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House of Lords

Tuesday, 18th June 1996.

The House met at half-past two of the clock: The LORD CHANCELLOR on the Woolsack.

Prayers--Read by the Lord Bishop of Southwell.

Earl Waldegrave--Sat first in Parliament after the death of his father.

Long-term Male Unemployment

Baroness Turner of Camden asked Her Majesty's Government:

    What steps they are taking to deal with the continuing problem of long-term male unemployment.

The Minister of State, Department for Education and Employment (Lord Henley): My Lords, we are continuing to pursue the economic and labour market policies which have seen long-term male unemployment fall by almost 230,000 since the beginning of 1994. We have in place a wide range of measures to help long-term unemployed people to compete effectively for jobs, and long-term unemployment has fallen faster than unemployment overall in recent years.

Baroness Turner of Camden: My Lords, I thank the Minister for that Answer. However, is he not aware that in the past three months 225,000 jobs have disappeared and that more than twice as many men as women were made redundant? Is the noble Lord also aware that the overall figure for male unemployment is 10.5 per cent., and that it is much higher in certain areas, especially in those where there was once heavy manufacturing industry? Is the Minister further aware that social problems can be involved in that imbalance?

Lord Henley: My Lords, obviously I am aware of the problems. That is why we devote a great deal of our energies within the Department for Education and Employment and through the Employment Service to the particular problems of the long-term unemployed. That is why most of our schemes are focused on the long-term unemployed. I can tell the noble Baroness that long-term unemployment is now a much smaller share of a smaller total. I think she should welcome that fact. The noble Baroness should also welcome the fact that the biggest improvements we have seen in long-term unemployment have been among the 18 to 24 year-olds and the 50 to 59 year-olds; that is to say, the youngest and the oldest. I believe that that highlights the success of our policies to focus on probably the most vulnerable groups of the long-term unemployed.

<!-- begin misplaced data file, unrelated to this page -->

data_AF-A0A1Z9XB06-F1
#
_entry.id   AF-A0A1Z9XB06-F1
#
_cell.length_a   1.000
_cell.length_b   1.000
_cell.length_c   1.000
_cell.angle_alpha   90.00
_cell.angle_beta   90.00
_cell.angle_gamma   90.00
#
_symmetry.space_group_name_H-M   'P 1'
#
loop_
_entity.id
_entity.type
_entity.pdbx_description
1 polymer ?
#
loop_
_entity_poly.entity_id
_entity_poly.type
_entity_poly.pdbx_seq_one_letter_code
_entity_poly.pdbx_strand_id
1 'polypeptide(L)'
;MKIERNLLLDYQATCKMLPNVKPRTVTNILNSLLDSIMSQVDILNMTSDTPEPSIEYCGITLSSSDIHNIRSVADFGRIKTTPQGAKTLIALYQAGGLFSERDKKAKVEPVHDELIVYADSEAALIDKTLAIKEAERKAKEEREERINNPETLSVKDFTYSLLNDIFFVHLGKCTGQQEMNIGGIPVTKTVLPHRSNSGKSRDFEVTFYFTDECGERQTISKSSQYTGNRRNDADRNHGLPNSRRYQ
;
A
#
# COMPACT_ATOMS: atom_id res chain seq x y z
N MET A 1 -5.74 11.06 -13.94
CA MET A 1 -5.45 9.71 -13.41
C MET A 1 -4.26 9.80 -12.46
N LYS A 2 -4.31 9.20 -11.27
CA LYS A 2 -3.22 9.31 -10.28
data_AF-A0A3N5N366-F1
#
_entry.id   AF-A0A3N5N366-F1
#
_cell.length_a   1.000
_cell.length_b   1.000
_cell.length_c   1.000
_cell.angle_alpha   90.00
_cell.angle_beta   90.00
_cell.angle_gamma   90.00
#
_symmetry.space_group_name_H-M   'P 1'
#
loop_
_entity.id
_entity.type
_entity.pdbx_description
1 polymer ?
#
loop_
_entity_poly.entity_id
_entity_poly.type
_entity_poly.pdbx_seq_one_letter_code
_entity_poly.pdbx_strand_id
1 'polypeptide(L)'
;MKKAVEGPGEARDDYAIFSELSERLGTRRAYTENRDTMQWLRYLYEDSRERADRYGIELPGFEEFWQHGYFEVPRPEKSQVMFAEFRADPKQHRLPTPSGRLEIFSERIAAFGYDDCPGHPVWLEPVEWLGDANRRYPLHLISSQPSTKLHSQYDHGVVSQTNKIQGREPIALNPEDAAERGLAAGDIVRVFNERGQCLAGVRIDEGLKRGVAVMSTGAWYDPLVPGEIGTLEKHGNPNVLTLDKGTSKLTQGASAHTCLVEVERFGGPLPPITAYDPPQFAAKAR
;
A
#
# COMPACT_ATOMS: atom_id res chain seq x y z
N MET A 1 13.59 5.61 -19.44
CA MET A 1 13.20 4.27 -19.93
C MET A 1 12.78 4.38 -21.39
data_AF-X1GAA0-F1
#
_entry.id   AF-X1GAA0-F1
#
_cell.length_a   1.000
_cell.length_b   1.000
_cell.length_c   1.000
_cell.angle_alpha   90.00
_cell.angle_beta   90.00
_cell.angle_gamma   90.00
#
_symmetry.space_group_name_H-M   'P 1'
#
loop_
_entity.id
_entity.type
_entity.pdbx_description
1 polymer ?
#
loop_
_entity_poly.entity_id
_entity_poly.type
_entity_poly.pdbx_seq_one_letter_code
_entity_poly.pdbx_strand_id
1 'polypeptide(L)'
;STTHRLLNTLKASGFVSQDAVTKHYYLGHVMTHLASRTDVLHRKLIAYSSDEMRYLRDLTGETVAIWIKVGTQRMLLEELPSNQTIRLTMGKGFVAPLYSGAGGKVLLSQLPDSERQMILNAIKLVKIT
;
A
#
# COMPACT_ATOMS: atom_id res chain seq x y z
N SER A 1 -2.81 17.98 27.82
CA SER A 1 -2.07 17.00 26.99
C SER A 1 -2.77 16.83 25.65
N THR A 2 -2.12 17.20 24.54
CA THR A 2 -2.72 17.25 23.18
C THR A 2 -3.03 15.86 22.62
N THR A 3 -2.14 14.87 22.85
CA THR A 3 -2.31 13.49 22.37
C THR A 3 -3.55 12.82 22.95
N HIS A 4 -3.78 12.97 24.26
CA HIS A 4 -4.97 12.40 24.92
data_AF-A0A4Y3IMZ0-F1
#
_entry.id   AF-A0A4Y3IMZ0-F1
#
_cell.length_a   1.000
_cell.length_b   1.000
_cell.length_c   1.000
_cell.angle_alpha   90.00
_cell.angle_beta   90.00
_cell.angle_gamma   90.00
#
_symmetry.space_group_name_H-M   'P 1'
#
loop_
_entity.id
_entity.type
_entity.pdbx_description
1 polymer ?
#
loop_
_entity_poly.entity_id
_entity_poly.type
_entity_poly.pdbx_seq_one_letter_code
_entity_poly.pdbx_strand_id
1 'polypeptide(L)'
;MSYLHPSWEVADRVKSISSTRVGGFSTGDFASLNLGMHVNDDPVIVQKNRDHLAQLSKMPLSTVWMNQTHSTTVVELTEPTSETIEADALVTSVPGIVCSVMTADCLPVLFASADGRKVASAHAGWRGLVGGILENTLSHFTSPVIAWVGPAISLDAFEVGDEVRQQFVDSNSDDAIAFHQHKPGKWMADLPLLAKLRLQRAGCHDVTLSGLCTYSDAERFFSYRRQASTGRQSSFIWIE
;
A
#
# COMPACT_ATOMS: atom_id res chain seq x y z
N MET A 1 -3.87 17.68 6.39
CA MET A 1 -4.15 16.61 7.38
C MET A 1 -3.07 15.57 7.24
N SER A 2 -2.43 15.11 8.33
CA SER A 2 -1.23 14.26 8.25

Lord Mason of Barnsley: My Lords, is the Minister aware that we welcome the falls in the unemployment figures? Indeed, anyone who has been on the dole would do so. However, is the noble Lord also aware that the figure for the workforce in employment has been

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falling? In the first four months of this year manufacturing industry shed 46,000 jobs. Therefore, our industrial base is still growing smaller, while the number of service industries is on the increase. Is the Minister further aware that three-quarters of the new jobs created in the service industries were part-time? Does not that trend concern Her Majesty's Government?

Lord Henley: My Lords, I am very grateful for the welcome given by the noble Lord to the fall in the unemployment figures and to the rise in employment. I have to say that, sometimes, it does not feel as though we are receiving a welcome from the noble Lord. However, if the noble Lord looks at the Labour Force Survey figures for the winter quarter, he will see that there has been a rise in employment; indeed, the figure has increased by some 309,000 and some 733,000 since the recovery began.

As regards the number of part-time jobs, I make no apologies for the fact that there are a reasonable number of them. The simple fact is that many people want part-time jobs. Only 14 per cent. of those surveyed who have part-time jobs are actually looking for full-time work. Part-time jobs meet the requirements of a great many people.

Baroness Gardner of Parks: My Lords, does my noble friend the Minister agree with me that it is about time we changed our attitudes to work in this country? There are too many jobs which men believe to be beneath their dignity, whereas women are very willing to be flexible and look at whatever employment opportunities arise. I refer particularly to the service industries where, especially in London, no male waiter ever seems to be British. Is there not an opportunity for training and employment in all those fields?

Lord Henley: My Lords, my noble friend is quite right to draw our attention to the importance of training. Although long-term unemployment has been falling for both men and women, my noble friend is also right to draw attention to the fact that the proportion of men has increased. I believe that my noble friend makes a very valid point when she points out that it is possible that some men will not deign to take on a number of jobs that traditionally have been held by women.